I am getting water in my engine block. It shows up after the motor has been used & not during use. Is it possible for water to leak out of the exhaust manifolds after the engine is turned off?
Make (of engine): Inboard
Model (of engine): Ford 302
I have run it hooked up to a water hose. The oil level is good & looks good. After the engine cools down. there will be water in the oil pan. I have drained the oil, replaced it & run the engine again. The oil level was good & & after it set for a day, there was water in the oil again.
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If your getting water in the oil pan thats going to be a pinhole intake manifold gasket leak or a pinhole crack in the block.
The reason you do not see it when running is because the heat of the engine and engine oil is vaporizing water as it gets in there in real time. When the engine cools and the heat goes away, the water starts to pool then.
It's not the exhaust manifolds, if it was water would fill the cylinders and hydrolock the engine.
Thats that your looking at. I would re-do the intake manifold gasket, and carefully inspect the manifold itself for cracks when it's off and put it all back together and hope for the best. If you still get water after that there is a problem/crack/rot in the engine block.
Feel free to post back with questions
If it is the engine block, will a standard 302 block work for a rebuild?
Yes as long as you get the year right. There are basically 2 generations of the 302. 1980 to 2002 is one generation, pre 1980 blocks are different. If your block is the 84 you said it is, then any automotive block from 80 to 02 would work as a core.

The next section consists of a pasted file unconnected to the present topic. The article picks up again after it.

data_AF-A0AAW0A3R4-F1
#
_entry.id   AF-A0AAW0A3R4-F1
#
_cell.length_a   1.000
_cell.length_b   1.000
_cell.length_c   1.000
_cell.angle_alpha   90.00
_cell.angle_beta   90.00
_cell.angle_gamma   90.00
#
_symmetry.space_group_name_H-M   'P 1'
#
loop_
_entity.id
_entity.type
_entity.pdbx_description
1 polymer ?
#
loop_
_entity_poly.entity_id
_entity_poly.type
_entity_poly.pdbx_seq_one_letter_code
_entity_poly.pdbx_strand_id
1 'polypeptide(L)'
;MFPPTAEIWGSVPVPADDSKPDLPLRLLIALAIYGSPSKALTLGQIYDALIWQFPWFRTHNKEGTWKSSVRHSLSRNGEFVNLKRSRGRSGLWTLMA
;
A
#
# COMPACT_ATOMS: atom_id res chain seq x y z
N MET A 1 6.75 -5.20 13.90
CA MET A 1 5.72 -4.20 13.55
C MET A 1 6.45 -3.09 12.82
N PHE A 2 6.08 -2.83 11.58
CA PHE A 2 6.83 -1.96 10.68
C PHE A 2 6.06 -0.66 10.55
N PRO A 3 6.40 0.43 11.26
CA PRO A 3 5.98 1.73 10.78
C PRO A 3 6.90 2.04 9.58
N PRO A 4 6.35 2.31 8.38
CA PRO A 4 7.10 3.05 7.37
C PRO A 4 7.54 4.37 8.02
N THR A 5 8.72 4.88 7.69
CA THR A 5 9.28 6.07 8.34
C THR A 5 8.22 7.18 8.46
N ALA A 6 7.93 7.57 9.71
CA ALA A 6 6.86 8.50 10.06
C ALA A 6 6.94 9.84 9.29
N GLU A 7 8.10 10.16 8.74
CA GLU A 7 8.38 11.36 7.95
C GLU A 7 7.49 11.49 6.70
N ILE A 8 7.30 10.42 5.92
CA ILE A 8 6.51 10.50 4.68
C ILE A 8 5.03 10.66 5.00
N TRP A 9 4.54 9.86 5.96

Post back with questions
Degree in Marine Technology. Gas and diesel marine mechanic.
I take it the same would apply to the gasket kits as well?
They have different gasket kits for the marine engines.
Now if you have a heat exchanger with antifreeze, and this is a closed cooling model, you can use automotive gaskets, that is not problem.
But if you have just your basic raw water cooling, where sea/lake water circulates through the engine, then you do want to use the marine gaskets, the automotive gaskets would not last.
Will it hurt the engine at this point to use it as long as we keep an eye on the oil?
The correct answer to this is yes, yes it can possibly hurt the engine. Water does not make a good lubricant, and if you get enough of it in the oil, then the engine will eventually either sieze or wipe out the bottom end (crankshaft) bearings.
What's the difference in the gaskets?
What's the difference between marine gaskets & automotive?
Sorry for the delay, had to run out. We do this out of our houses on the side, and do not work in some office for Justanswer.
The biggest difference between marine and automotive gaskets the amount and the kind of metals inside of them.
Automotive gaskets can afford to have things like iron and copper in them, because antifreeze is non-corrosive. Marine gaskets, if they circulate seawater through them, would rot in a heartbeat.
What if the boat will only be used in fresh water?
Freshwater still causes rust, just not as fast as saltwater does.